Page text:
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Methods for increasing understanding of mastery to key stakeholders as laid out in the Framework for Mastery Implementation.

  • Mastery-related visuals around school, around classroomsMacintosh HD:Users:admin:Desktop:Screen Shot 2016-10-12 at 7.37.06 PM.png

Visually communicating expectations and student progress provides useful context and information for learners about the learning art, and their own place as they progress along the arc to mastering outcomes, and criteria for success. Some teachers/schools create progression maps for learning and post them around the room. Students can design their own avatars for this classroom system, so others can see their progress and ask for their feedback and support on outcomes they have already answered. In a mastery classroom with good visual messaging, students can consult the map to see who has mastered a given outcome, so when they ”ask three before me” it is not just any three—but instead a peer who has expertise and can be of use to the questioning student.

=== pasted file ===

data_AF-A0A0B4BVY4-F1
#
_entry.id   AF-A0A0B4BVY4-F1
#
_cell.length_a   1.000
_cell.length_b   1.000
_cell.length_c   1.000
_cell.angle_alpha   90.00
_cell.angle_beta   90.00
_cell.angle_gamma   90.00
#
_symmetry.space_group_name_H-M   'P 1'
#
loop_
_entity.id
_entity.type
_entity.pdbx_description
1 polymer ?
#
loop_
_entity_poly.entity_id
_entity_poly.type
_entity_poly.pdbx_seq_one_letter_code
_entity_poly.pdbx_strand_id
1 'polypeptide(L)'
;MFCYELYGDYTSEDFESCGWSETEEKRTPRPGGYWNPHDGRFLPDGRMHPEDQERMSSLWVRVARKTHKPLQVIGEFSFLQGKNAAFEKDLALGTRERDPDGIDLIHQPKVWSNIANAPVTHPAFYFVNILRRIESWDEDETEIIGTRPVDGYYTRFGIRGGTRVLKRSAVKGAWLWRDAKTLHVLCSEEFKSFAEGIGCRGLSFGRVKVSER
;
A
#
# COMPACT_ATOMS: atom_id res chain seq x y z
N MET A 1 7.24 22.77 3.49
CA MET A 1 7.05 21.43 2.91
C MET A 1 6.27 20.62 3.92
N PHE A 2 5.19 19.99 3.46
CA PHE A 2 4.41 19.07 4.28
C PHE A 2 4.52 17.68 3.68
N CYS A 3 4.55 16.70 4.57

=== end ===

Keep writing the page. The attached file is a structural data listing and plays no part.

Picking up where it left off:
• Shared language within and across classrooms

The mastery message is amplified by using shared language (and possibly shared learning outcomes) across classrooms, so students understand the big picture about how and why a given skill is important enough to work on till it is mastered.

  • Strategic messaging to families, visitors, postsecondary schools and workplaces

A major goal of this endeavor is clarity and transparency, and building shared expectations, not just between students and teachers, but for every stakeholder in the student’s sphere. Student and family handbooks can include useful explanations of mastery-based grading and its focus on growth and learning rather than on grades, grading policies, systems for students to use flexible pacing along the road to full mastery of all outcomes, etc.

Subpages (1): Mastery-related Visuals